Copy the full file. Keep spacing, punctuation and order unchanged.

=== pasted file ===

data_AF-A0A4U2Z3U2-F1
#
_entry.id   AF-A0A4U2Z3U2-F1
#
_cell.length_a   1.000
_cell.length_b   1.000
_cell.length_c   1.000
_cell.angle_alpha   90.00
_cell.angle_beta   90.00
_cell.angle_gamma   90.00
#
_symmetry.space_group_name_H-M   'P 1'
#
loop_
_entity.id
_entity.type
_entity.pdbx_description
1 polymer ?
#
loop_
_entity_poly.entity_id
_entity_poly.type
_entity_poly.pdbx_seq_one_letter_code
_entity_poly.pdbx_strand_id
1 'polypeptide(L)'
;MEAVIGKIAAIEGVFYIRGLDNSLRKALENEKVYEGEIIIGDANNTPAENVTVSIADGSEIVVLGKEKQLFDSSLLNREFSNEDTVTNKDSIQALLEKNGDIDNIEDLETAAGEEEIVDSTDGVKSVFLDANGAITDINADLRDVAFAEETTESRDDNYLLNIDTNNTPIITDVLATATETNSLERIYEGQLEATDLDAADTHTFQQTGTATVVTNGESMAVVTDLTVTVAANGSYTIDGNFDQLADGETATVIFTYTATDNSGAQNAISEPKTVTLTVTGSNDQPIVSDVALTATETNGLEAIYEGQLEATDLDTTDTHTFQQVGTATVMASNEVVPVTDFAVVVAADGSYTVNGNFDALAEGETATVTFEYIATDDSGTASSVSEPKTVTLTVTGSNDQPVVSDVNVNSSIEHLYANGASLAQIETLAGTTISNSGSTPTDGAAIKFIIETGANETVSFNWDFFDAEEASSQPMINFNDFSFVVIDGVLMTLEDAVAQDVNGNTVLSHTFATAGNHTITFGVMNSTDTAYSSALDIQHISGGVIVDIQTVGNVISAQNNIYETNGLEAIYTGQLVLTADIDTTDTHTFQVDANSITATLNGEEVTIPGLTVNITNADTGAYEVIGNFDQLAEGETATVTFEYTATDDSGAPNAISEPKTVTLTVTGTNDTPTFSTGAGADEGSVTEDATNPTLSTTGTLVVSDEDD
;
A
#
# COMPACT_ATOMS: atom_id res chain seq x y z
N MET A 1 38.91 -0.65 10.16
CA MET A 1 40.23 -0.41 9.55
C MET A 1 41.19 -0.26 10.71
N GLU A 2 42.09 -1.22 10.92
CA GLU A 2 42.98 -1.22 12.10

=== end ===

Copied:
data_AF-A0A4U2Z3U2-F1
#
_entry.id   AF-A0A4U2Z3U2-F1
#
_cell.length_a   1.000
_cell.length_b   1.000
_cell.length_c   1.000
_cell.angle_alpha   90.00
_cell.angle_beta   90.00
_cell.angle_gamma   90.00
#
_symmetry.space_group_name_H-M   'P 1'
#
loop_
_entity.id
_entity.type
_entity.pdbx_description
1 polymer ?
#
loop_
_entity_poly.entity_id
_entity_poly.type
_entity_poly.pdbx_seq_one_letter_code
_entity_poly.pdbx_strand_id
1 'polypeptide(L)'
;MEAVIGKIAAIEGVFYIRGLDNSLRKALENEKVYEGEIIIGDANNTPAENVTVSIADGSEIVVLGKEKQLFDSSLLNREFSNEDTVTNKDSIQALLEKNGDIDNIEDLETAAGEEEIVDSTDGVKSVFLDANGAITDINADLRDVAFAEETTESRDDNYLLNIDTNNTPIITDVLATATETNSLERIYEGQLEATDLDAADTHTFQQTGTATVVTNGESMAVVTDLTVTVAANGSYTIDGNFDQLADGETATVIFTYTATDNSGAQNAISEPKTVTLTVTGSNDQPIVSDVALTATETNGLEAIYEGQLEATDLDTTDTHTFQQVGTATVMASNEVVPVTDFAVVVAADGSYTVNGNFDALAEGETATVTFEYIATDDSGTASSVSEPKTVTLTVTGSNDQPVVSDVNVNSSIEHLYANGASLAQIETLAGTTISNSGSTPTDGAAIKFIIETGANETVSFNWDFFDAEEASSQPMINFNDFSFVVIDGVLMTLEDAVAQDVNGNTVLSHTFATAGNHTITFGVMNSTDTAYSSALDIQHISGGVIVDIQTVGNVISAQNNIYETNGLEAIYTGQLVLTADIDTTDTHTFQVDANSITATLNGEEVTIPGLTVNITNADTGAYEVIGNFDQLAEGETATVTFEYTATDDSGAPNAISEPKTVTLTVTGTNDTPTFSTGAGADEGSVTEDATNPTLSTTGTLVVSDEDD
;
A
#
# COMPACT_ATOMS: atom_id res chain seq x y z
N MET A 1 38.91 -0.65 10.16
CA MET A 1 40.23 -0.41 9.55
C MET A 1 41.19 -0.26 10.71
N GLU A 2 42.09 -1.22 10.92
CA GLU A 2 42.98 -1.22 12.10